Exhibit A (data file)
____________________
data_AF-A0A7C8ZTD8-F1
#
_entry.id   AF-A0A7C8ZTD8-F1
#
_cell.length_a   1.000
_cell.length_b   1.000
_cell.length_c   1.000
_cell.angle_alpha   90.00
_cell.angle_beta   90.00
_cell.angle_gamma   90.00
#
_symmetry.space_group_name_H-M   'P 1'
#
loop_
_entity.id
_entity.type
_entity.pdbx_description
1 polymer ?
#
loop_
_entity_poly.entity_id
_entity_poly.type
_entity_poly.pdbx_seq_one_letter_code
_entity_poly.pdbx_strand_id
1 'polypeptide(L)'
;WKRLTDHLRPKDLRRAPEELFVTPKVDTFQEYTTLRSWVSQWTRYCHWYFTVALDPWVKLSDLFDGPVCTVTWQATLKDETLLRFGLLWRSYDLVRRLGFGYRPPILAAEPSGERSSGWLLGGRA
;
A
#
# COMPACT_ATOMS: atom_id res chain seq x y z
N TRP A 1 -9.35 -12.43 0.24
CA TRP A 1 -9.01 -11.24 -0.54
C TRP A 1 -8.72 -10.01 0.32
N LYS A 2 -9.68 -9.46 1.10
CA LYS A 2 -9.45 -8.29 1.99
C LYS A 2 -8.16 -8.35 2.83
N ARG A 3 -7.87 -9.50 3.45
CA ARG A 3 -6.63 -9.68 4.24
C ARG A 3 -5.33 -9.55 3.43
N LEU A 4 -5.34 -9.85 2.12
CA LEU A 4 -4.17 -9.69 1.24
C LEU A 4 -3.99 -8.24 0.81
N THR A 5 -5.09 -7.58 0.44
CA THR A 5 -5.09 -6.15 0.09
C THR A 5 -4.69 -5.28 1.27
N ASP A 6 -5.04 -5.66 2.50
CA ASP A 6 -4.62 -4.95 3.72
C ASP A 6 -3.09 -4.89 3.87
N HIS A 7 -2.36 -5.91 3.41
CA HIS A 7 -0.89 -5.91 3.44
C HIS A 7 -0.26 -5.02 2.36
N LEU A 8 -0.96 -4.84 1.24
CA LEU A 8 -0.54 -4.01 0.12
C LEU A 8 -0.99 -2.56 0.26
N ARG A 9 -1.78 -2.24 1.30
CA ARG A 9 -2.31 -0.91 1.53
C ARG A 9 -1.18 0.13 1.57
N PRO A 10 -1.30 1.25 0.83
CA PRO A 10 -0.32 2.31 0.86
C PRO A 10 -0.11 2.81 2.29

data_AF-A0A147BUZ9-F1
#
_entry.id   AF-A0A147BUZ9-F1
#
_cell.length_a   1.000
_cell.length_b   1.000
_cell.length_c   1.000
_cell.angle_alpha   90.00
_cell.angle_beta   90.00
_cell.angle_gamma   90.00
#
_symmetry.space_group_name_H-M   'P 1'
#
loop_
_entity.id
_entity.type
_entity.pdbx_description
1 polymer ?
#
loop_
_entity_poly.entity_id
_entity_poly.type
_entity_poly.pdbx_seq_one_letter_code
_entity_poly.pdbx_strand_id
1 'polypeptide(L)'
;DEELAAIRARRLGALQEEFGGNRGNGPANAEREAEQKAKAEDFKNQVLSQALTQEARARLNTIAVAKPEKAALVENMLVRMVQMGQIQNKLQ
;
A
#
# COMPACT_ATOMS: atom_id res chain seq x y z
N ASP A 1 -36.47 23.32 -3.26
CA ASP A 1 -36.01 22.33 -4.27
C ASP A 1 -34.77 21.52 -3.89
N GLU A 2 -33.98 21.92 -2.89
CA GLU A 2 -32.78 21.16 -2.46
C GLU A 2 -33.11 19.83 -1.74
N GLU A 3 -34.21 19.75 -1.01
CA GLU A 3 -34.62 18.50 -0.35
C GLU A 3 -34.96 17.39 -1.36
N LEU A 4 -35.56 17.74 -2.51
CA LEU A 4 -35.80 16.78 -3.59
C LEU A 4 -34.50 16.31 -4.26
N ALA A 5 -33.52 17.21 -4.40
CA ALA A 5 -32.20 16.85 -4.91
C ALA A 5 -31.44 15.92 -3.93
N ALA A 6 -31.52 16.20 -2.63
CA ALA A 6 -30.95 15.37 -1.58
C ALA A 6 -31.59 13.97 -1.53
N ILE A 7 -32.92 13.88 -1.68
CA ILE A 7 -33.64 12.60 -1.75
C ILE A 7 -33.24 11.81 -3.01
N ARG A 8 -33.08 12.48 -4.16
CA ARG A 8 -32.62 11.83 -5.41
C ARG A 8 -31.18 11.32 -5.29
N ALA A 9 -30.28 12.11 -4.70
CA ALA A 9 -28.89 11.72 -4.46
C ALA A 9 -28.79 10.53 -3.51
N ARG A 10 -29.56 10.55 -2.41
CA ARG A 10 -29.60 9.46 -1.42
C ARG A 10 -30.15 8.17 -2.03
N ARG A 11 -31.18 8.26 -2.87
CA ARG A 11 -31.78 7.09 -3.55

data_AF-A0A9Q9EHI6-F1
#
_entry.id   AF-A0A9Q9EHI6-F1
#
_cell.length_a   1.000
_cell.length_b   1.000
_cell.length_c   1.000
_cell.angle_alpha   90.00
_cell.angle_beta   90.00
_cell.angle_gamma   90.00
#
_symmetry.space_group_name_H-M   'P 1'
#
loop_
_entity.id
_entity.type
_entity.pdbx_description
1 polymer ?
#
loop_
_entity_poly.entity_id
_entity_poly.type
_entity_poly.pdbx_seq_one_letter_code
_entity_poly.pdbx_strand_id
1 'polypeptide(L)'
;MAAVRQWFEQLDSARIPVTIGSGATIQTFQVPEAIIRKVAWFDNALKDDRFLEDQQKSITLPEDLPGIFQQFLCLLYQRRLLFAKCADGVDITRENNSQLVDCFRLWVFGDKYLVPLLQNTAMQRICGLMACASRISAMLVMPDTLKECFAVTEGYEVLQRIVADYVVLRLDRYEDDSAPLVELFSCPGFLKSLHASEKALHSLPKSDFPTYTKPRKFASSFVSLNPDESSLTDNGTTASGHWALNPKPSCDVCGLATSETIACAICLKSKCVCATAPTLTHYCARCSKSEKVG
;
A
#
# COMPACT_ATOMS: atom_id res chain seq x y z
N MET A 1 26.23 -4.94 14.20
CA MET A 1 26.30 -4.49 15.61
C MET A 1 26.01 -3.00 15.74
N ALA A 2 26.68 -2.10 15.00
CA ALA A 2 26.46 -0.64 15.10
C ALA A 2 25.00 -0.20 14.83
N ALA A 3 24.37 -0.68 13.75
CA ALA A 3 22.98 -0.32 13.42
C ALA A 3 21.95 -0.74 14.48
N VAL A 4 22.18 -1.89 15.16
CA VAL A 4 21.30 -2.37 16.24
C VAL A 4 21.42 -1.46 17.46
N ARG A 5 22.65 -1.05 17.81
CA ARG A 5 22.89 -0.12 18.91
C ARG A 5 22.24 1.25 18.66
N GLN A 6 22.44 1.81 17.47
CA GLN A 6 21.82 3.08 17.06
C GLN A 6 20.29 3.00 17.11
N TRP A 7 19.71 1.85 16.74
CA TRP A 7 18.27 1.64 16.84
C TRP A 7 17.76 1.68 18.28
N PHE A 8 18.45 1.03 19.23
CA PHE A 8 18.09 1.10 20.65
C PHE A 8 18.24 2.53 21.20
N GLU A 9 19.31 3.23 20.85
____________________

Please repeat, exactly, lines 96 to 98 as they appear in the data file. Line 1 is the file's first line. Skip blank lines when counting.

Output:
C GLU A 2 -33.11 19.83 -1.74
N GLU A 3 -34.21 19.75 -1.01
CA GLU A 3 -34.62 18.50 -0.35